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Q&A: Polishing A Vintage Watch

April 19, 2024
Home / The Vault / Q&A: Polishing A Vintage Watch

Perhaps no other topic has been as hotly debated amongst watch enthusiasts as the decision to polish a vintage watch. And we can understand why, no one wants to hear that their investment timepiece has lost value because of a poor polish job.  Within the last decade watch collecting and reselling has taken off as a popular hobby and lucrative market. Before this serge, polishing was completed without much knowledge or foresight for future value, to the detriment of some early collectors – earning it a bad reputation in the world of watches. But the next generation of watchmakers are seeking to set the record straight on polishing. We asked our Horologist Lorenzo del Rosso what it takes to polish a vintage watch – the right way!

Tell us a little about your background as a watchmaker…

I completed my watchmaking degree in my home country of Florence, Italy at the ITI-IPIA Leonard da Vinci watchmaking school. I have worked across watch brands including Rolex, Patek Philippe, Tag Huer, Zenith and Hublot. I’m currently the lead Horologist at Kalmar Antiques in Sydney and my team specialise in the restoration of vintage watches and have recently become an official OMEGA Service centre.

Should you polish a vintage watch?

Watchmaking is a complex trade which involves many different aspects, and it can take a lifetime to master all the techniques. Watchmaking is an art and a practice, that requires constant study and research. There are many facets to the art and one of these is high-end watch polishing, which can be considered a trade in and of itself.

Today, the community of watch collectors and watch enthusiasts are growing, and timepieces are becoming investments or part of personal collections.  In the maintenance of their timepiece the watch enthusiast is faced with two options: preserve the timepiece in its ‘worn’ condition or have it looking the same as the day it left the boutique.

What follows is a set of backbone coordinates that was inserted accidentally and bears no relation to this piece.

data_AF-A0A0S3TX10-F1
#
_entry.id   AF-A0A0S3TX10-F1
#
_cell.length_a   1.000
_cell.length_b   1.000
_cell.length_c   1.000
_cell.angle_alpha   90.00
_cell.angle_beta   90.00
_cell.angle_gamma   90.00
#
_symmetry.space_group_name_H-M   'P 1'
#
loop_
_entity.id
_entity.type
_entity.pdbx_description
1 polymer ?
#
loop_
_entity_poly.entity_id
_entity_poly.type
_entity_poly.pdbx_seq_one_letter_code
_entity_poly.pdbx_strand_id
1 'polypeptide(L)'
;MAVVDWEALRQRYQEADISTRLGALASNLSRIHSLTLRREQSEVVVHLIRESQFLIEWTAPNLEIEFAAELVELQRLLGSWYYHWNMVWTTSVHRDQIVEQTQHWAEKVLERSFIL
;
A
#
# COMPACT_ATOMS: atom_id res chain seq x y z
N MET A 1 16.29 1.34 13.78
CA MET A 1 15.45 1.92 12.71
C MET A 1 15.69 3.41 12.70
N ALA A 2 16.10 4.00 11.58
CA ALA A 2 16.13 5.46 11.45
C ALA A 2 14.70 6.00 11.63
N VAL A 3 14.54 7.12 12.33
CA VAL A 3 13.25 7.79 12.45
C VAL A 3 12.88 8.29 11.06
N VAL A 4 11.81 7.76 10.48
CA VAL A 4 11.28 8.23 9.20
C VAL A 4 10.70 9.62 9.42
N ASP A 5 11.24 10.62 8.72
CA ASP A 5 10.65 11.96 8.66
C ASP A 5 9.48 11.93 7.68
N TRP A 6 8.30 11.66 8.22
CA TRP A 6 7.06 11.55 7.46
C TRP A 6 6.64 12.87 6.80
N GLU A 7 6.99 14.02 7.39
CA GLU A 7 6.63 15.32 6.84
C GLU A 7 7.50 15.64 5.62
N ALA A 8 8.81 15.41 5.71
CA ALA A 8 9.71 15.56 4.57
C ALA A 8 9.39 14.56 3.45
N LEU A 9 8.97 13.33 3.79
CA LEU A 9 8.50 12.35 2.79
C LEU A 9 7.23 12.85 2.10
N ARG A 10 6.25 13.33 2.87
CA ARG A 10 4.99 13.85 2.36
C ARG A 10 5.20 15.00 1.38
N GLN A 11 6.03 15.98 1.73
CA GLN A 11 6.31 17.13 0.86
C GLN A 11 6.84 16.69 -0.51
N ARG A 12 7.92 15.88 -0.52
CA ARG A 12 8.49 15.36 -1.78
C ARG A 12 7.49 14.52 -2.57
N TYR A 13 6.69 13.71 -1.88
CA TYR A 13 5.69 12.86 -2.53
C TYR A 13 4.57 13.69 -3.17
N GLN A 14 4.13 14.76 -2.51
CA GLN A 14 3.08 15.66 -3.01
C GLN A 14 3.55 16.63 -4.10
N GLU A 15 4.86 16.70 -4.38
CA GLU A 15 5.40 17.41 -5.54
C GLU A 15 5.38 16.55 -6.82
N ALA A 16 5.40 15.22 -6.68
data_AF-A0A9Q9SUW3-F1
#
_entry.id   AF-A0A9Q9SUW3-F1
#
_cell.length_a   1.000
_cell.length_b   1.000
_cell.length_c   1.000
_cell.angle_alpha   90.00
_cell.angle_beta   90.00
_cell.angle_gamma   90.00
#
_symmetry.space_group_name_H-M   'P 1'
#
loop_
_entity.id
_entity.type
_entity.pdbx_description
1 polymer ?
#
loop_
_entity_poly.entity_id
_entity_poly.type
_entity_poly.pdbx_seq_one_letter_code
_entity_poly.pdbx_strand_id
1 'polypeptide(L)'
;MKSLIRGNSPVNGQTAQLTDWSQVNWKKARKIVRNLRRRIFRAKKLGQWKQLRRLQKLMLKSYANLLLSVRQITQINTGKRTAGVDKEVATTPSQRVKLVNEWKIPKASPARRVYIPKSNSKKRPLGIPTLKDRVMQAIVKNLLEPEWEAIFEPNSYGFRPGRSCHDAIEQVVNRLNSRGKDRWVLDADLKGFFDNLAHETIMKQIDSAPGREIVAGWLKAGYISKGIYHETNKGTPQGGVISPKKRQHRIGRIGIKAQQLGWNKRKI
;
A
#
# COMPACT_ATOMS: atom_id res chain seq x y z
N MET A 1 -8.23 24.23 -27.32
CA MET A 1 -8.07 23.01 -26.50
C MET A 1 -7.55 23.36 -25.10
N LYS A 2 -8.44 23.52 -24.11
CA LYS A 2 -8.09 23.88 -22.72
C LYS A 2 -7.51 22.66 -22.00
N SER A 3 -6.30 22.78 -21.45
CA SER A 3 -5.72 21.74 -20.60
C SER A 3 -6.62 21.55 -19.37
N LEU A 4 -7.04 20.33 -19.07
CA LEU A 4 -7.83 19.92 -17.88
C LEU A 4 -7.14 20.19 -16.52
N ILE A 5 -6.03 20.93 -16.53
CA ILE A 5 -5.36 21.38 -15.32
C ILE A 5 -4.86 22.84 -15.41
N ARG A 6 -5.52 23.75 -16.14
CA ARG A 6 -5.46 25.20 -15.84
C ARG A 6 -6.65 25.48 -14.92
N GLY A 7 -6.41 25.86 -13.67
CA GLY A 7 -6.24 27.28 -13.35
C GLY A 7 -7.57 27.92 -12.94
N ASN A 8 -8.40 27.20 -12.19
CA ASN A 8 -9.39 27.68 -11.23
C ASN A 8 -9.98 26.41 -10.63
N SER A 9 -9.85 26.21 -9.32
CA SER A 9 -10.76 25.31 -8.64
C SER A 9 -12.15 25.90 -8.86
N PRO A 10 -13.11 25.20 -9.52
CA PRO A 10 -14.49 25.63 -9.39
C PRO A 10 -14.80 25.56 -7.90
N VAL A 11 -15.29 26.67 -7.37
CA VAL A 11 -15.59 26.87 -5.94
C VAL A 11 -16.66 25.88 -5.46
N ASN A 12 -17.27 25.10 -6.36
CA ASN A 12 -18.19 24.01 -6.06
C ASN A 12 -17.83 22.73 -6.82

Of, course it is a personal choice, but my answer is - YES, but only if it can be done the correct way. That is, with the right experience, knowledge base and technology.

Why is the decision to polish a watch such a contentious one?

Unfortunately, watchmakers in the past have approached watch polishing with a lack of understanding and without as much care as the servicing or repair side of watchmaking. This led to many watchmakers producing poor quality polishing work, resulting in damage to the geometry of the bezel or case. As a result, many collectors that had their timepieces polished were seeing a decrease in value when it came to selling their vintage watch.

Nowadays, the industry has become aware of the issue and higher standards are being demanded by consumers. It has been my mission to exceed these standards and to treat watch polishing with the same education, consideration, and quality as the rest of my watch making practice. Therefore, I have dedicated myself to finding the best technology, training and watchmakers in the world to be able to offer my clients the highest standards in polishing.

How has technology changed when it comes to watch polishing?

Fortunately, modern technology is helping us along this journey! Polishing techniques have come a long way and with the right skills, we are able to retain the case shape and even restore geometry to a previously polished case.

For previously polished timepieces, we now have laser welding machines that give the watchmaker the ability to add materials and rebuild worn or damaged components. Using lapping machines and specialised sanding belts we can reshape the case to its original geometry.